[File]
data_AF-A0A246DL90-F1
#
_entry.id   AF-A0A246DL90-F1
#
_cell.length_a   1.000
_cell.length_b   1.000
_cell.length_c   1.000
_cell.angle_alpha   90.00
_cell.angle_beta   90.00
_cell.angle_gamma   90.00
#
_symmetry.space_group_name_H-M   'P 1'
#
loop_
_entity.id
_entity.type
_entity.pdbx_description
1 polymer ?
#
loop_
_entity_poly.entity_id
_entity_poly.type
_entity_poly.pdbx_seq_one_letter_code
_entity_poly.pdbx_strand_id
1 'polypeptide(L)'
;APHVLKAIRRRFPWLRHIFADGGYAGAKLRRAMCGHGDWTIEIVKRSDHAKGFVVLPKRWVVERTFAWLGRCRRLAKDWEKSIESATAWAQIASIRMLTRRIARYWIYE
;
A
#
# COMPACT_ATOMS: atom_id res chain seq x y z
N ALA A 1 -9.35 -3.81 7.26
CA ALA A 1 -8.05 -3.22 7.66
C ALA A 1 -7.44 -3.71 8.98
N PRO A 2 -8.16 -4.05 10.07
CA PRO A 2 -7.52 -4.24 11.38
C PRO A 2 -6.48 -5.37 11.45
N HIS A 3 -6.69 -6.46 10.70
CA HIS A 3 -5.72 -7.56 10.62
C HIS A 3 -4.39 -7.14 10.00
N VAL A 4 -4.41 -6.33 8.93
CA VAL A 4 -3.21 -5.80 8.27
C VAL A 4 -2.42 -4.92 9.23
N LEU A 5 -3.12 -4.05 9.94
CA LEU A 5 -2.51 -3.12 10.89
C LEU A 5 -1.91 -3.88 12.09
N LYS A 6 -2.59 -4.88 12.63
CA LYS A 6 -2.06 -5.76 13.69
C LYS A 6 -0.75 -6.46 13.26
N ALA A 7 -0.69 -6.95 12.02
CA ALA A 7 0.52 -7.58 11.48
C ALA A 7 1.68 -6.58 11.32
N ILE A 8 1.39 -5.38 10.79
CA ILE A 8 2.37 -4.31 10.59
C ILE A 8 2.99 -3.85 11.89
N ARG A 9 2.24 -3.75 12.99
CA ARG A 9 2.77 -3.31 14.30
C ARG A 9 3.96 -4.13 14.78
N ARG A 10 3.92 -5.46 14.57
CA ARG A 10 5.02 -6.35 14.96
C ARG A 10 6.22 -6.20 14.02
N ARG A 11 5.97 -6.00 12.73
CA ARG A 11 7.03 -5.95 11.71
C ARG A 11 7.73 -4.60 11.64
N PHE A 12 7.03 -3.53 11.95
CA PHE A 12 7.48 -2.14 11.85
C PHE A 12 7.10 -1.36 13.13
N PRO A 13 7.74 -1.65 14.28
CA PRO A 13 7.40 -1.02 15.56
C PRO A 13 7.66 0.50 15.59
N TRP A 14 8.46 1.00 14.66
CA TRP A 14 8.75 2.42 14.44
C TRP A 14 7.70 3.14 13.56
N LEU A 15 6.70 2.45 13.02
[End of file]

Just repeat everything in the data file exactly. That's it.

data_AF-A0A246DL90-F1
#
_entry.id   AF-A0A246DL90-F1
#
_cell.length_a   1.000
_cell.length_b   1.000
_cell.length_c   1.000
_cell.angle_alpha   90.00
_cell.angle_beta   90.00
_cell.angle_gamma   90.00
#
_symmetry.space_group_name_H-M   'P 1'
#
loop_
_entity.id
_entity.type
_entity.pdbx_description
1 polymer ?
#
loop_
_entity_poly.entity_id
_entity_poly.type
_entity_poly.pdbx_seq_one_letter_code
_entity_poly.pdbx_strand_id
1 'polypeptide(L)'
;APHVLKAIRRRFPWLRHIFADGGYAGAKLRRAMCGHGDWTIEIVKRSDHAKGFVVLPKRWVVERTFAWLGRCRRLAKDWEKSIESATAWAQIASIRMLTRRIARYWIYE
;
A
#
# COMPACT_ATOMS: atom_id res chain seq x y z
N ALA A 1 -9.35 -3.81 7.26
CA ALA A 1 -8.05 -3.22 7.66
C ALA A 1 -7.44 -3.71 8.98
N PRO A 2 -8.16 -4.05 10.07
CA PRO A 2 -7.52 -4.24 11.38
C PRO A 2 -6.48 -5.37 11.45
N HIS A 3 -6.69 -6.46 10.70
CA HIS A 3 -5.72 -7.56 10.62
C HIS A 3 -4.39 -7.14 10.00
N VAL A 4 -4.41 -6.33 8.93
CA VAL A 4 -3.21 -5.80 8.27
C VAL A 4 -2.42 -4.92 9.23
N LEU A 5 -3.12 -4.05 9.94
CA LEU A 5 -2.51 -3.12 10.89
C LEU A 5 -1.91 -3.88 12.09
N LYS A 6 -2.59 -4.88 12.63
CA LYS A 6 -2.06 -5.76 13.69
C LYS A 6 -0.75 -6.46 13.26
N ALA A 7 -0.69 -6.95 12.02
CA ALA A 7 0.52 -7.58 11.48
C ALA A 7 1.68 -6.58 11.32
N ILE A 8 1.39 -5.38 10.79
CA ILE A 8 2.37 -4.31 10.59
C ILE A 8 2.99 -3.85 11.89
N ARG A 9 2.24 -3.75 12.99
CA ARG A 9 2.77 -3.31 14.30
C ARG A 9 3.96 -4.13 14.78
N ARG A 10 3.92 -5.46 14.57
CA ARG A 10 5.02 -6.35 14.96
C ARG A 10 6.22 -6.20 14.02
N ARG A 11 5.97 -6.00 12.73
CA ARG A 11 7.03 -5.95 11.71
C ARG A 11 7.73 -4.60 11.64
N PHE A 12 7.03 -3.53 11.95
CA PHE A 12 7.48 -2.14 11.85
C PHE A 12 7.10 -1.36 13.13
N PRO A 13 7.74 -1.65 14.28
CA PRO A 13 7.40 -1.02 15.56
C PRO A 13 7.66 0.50 15.59
N TRP A 14 8.46 1.00 14.66
CA TRP A 14 8.75 2.42 14.44
C TRP A 14 7.70 3.14 13.56
N LEU A 15 6.70 2.45 13.02